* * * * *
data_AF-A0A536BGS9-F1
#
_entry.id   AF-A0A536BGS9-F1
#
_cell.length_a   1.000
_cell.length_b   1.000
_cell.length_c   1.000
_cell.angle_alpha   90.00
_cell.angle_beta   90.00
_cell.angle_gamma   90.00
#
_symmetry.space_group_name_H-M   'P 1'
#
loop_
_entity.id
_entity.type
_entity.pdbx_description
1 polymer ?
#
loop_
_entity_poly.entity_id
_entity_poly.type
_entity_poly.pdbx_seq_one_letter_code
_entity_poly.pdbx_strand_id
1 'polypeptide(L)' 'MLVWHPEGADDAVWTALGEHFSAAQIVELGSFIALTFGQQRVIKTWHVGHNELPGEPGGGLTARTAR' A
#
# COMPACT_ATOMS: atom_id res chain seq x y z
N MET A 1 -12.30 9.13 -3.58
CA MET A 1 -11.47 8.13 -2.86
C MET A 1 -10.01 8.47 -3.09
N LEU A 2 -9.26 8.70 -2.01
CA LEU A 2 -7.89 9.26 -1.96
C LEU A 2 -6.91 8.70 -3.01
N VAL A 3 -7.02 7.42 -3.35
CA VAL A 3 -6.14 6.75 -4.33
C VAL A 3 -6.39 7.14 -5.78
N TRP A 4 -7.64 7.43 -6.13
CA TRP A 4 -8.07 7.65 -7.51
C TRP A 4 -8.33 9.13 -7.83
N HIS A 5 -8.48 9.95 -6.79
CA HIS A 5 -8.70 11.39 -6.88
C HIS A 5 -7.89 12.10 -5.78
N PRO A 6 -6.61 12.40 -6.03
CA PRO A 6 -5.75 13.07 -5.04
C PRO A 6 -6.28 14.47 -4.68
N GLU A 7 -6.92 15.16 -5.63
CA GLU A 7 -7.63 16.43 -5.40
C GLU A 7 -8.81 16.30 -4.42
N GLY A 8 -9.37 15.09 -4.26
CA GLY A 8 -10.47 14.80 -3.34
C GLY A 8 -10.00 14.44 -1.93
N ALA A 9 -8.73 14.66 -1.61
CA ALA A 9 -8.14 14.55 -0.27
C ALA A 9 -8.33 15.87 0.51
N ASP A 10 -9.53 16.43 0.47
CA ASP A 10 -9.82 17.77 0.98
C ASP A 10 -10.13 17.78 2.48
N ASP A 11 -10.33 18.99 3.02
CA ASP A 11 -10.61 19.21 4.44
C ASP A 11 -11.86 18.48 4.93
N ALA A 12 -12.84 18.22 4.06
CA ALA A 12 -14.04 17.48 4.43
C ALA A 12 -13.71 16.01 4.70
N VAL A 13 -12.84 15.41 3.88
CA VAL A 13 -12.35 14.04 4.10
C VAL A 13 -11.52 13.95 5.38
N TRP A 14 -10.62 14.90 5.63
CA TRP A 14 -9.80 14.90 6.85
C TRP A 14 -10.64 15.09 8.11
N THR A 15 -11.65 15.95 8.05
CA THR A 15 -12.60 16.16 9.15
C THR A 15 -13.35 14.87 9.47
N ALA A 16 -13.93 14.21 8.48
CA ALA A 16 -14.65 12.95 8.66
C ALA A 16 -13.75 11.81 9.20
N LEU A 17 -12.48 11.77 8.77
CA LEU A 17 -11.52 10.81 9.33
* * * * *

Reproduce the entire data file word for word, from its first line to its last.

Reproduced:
data_AF-A0A536BGS9-F1
#
_entry.id   AF-A0A536BGS9-F1
#
_cell.length_a   1.000
_cell.length_b   1.000
_cell.length_c   1.000
_cell.angle_alpha   90.00
_cell.angle_beta   90.00
_cell.angle_gamma   90.00
#
_symmetry.space_group_name_H-M   'P 1'
#
loop_
_entity.id
_entity.type
_entity.pdbx_description
1 polymer ?
#
loop_
_entity_poly.entity_id
_entity_poly.type
_entity_poly.pdbx_seq_one_letter_code
_entity_poly.pdbx_strand_id
1 'polypeptide(L)' 'MLVWHPEGADDAVWTALGEHFSAAQIVELGSFIALTFGQQRVIKTWHVGHNELPGEPGGGLTARTAR' A
#
# COMPACT_ATOMS: atom_id res chain seq x y z
N MET A 1 -12.30 9.13 -3.58
CA MET A 1 -11.47 8.13 -2.86
C MET A 1 -10.01 8.47 -3.09
N LEU A 2 -9.26 8.70 -2.01
CA LEU A 2 -7.89 9.26 -1.96
C LEU A 2 -6.91 8.70 -3.01
N VAL A 3 -7.02 7.42 -3.35
CA VAL A 3 -6.14 6.75 -4.33
C VAL A 3 -6.39 7.14 -5.78
N TRP A 4 -7.64 7.43 -6.13
CA TRP A 4 -8.07 7.65 -7.51
C TRP A 4 -8.33 9.13 -7.83
N HIS A 5 -8.48 9.95 -6.79
CA HIS A 5 -8.70 11.39 -6.88
C HIS A 5 -7.89 12.10 -5.78
N PRO A 6 -6.61 12.40 -6.03
CA PRO A 6 -5.75 13.07 -5.04
C PRO A 6 -6.28 14.47 -4.68
N GLU A 7 -6.92 15.16 -5.63
CA GLU A 7 -7.63 16.43 -5.40
C GLU A 7 -8.81 16.30 -4.42
N GLY A 8 -9.37 15.09 -4.26
CA GLY A 8 -10.47 14.80 -3.34
C GLY A 8 -10.00 14.44 -1.93
N ALA A 9 -8.73 14.66 -1.61
CA ALA A 9 -8.14 14.55 -0.27
C ALA A 9 -8.33 15.87 0.51
N ASP A 10 -9.53 16.43 0.47
CA ASP A 10 -9.82 17.77 0.98
C ASP A 10 -10.13 17.78 2.48
N ASP A 11 -10.33 18.99 3.02
CA ASP A 11 -10.61 19.21 4.44
C ASP A 11 -11.86 18.48 4.93
N ALA A 12 -12.84 18.22 4.06
CA ALA A 12 -14.04 17.48 4.43
C ALA A 12 -13.71 16.01 4.70
N VAL A 13 -12.84 15.41 3.88
CA VAL A 13 -12.35 14.04 4.10
C VAL A 13 -11.52 13.95 5.38
N TRP A 14 -10.62 14.90 5.63
CA TRP A 14 -9.80 14.90 6.85
C TRP A 14 -10.64 15.09 8.11
N THR A 15 -11.65 15.95 8.05
CA THR A 15 -12.60 16.16 9.15
C THR A 15 -13.35 14.87 9.47
N ALA A 16 -13.93 14.21 8.48
CA ALA A 16 -14.65 12.95 8.66
C ALA A 16 -13.75 11.81 9.20
N LEU A 17 -12.48 11.77 8.77
CA LEU A 17 -11.52 10.81 9.33